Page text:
One of the most fascinating things about the Canary Islands is that even though they are close together, each one is like its own little world. This archipelago of Spanish islands in the Atlantic Ocean is home to endless beaches, an amazing assortment of culture, and geographical features that make each island genuinely unique.
We are finally returning to the Canary Islands for the first time since 2019 and are looking forward to giving you an immersive experience, seeing all that these distinguished islands have to offer. While it's impossible to pick a favorite Canary Island, we are particularly delighted to delve into the mountainous island of La Gomera. The second-smallest of the Canary Islands may be small in size, but it's large in adventure. It's a hiker's paradise, featuring a fairytale-like cloud forest in the middle of the island, a ring of towering seaside cliffs, and towns and villages full of local culture and history. It is also home to the National Park of Garajonay, but before we get to that, let's take a closer look at La Gomera's capital city.
San Sebastián de la Gomera, La Gomera
San Sebastián de la Gomera is your gateway to an island so unique, it's been named a UNESCO biosphere reserve in its entirety. It's home to 4,182 species of animals, including 268 you won't find anywhere else in the world.
The city has wondrous architecture, with vibrant Canarian-style houses and buildings clinging to the hillside. Torre del Conde, a 15th-century gothic tower, provides a glimpse into the island's history, complete with spectacular views of the port and a mountainous backdrop. Stroll around the historic quarter of San Sebastián, with its old churches and museums full of artifacts and information about an island that was — at one point — considered the end of the world before explorers sailed beyond it for the New World. Find a local restaurant and order a glass of wine from the island — the varieties from La Gomera have a very distinct taste, thanks in part to the volcanic soil and mature grapevines.
It's also the perfect place for you to relax and fuel up before a day of exploring. Mirador de Abrante on the northeast part of the island features an observation deck with a glass balcony over a cliff, offering stunning eagle-eye views of the village of Agulao below, and the nearby island of Tenerife.
Located at the edge of Garajonay National Park, and about a half-hour drive from San Sebastián, stands Roque de Agando. This magnificent rock is a volcanic plug coming out of the ground, a stark contrast to the lush green forests below. Be sure to have your camera handy when you visit this picturesque landmark.
While exploring the mountains and gorges of this island, keep your ears open for the sounds of whistling. La Gomera is home to Silbo Gomera, a language that replicates the local Castilian Spanish language with whistling. Distinct whistles replace vowels and consonants, with the pitch and duration being used to distinguish between what's being said. It has the distinction of being the only whistled language in the world that's fully developed and practiced by a large community. Taught in schools on the island, it's on the UNESCO Representative List of the Intangible Cultural Heritage of Humanity.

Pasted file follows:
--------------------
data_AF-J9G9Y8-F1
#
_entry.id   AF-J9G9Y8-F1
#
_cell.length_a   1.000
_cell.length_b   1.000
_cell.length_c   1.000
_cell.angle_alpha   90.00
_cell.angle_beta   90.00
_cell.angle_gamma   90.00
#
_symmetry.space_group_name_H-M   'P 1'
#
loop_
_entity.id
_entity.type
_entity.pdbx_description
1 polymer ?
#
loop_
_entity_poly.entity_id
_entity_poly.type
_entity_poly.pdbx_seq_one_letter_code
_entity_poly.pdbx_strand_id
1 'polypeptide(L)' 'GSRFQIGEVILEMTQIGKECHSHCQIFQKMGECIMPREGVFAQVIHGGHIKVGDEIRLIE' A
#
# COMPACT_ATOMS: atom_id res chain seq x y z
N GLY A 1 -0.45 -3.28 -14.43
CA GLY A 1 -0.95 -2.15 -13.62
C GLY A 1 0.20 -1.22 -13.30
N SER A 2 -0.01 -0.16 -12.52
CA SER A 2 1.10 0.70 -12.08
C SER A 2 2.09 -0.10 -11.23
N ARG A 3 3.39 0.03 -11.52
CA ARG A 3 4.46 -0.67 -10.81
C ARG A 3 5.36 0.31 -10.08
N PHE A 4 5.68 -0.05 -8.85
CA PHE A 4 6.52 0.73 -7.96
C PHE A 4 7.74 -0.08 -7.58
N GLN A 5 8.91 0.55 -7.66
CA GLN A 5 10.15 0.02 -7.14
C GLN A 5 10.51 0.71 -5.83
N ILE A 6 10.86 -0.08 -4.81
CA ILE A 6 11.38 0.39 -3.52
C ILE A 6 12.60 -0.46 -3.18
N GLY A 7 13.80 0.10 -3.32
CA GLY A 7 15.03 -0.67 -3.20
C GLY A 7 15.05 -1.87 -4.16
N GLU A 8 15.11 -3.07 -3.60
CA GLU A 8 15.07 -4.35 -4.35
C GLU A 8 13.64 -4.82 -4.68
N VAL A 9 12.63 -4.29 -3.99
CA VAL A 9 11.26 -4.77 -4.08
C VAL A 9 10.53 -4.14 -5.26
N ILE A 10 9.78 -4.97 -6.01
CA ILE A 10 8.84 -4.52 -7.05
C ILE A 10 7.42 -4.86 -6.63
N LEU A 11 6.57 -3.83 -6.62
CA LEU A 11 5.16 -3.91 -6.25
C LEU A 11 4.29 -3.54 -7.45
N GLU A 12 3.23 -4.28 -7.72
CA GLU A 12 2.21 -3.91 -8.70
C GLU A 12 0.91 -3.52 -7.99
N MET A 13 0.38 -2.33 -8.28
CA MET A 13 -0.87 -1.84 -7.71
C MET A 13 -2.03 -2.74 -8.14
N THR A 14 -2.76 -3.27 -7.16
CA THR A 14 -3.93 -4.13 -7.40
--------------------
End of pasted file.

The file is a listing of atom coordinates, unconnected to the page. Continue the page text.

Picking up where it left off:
Hike Through the Forest of Fables
While there's no doubt that La Gomera is home to some breathtaking beaches, there's so much more to discover here. If you ask us, the highlight of a cruise to the Canary Islands and La Gomera is our shore excursion to the mystical forest in the National Park of Garajonay. We'll take you on a scenic ride from the pier to the starting point in Las Hayas. From here, we'll make our way into Garajonay National Park — home to a rare laurel forest that is rich in biodiversity. On this excursion, you'll learn what makes laurel forests so distinct and why they are only found in subtropical areas with high humidity and mild temperature. You'll also learn how the forest covers over 70 percent of the park and has existed here on the island for at least 1.8 million years. The local environment of Garajonay National Park leads to the forest being covered in clouds and mist, providing the water that's vital to maintaining its lush fairytale-like landscape. You're sure to see mist rising up through the heather trees during your visit, creating a magical atmosphere. In fact, once you see it, you'll quickly discover why some folks call this place "The Cloud Forest".
The park gets its name from the Garajonay rock, a peak named after Gara and Jonay, two doomed lovers with a story similar to Romeo and Juliet. On your leisurely hike through the damp earth of this mystical place, you'll pass through some of the oldest parts of the forest before arriving at terraced fields and fruit groves. This beautiful hike concludes in the charming village of Arure. It may seem like a dream but it’s certainly real, and a place you'll never forget.
Pack Your Hiking Boots and Plan to Explore Again
Ready to cruise to the Canary Islands and explore with us once again? Remember to pack comfortable shoes or boots for walking, and prepare yourself to experience a magical cloud forest that needs to be seen to be believed.
You can learn more about all our upcoming cruises to the Canary Islands here.
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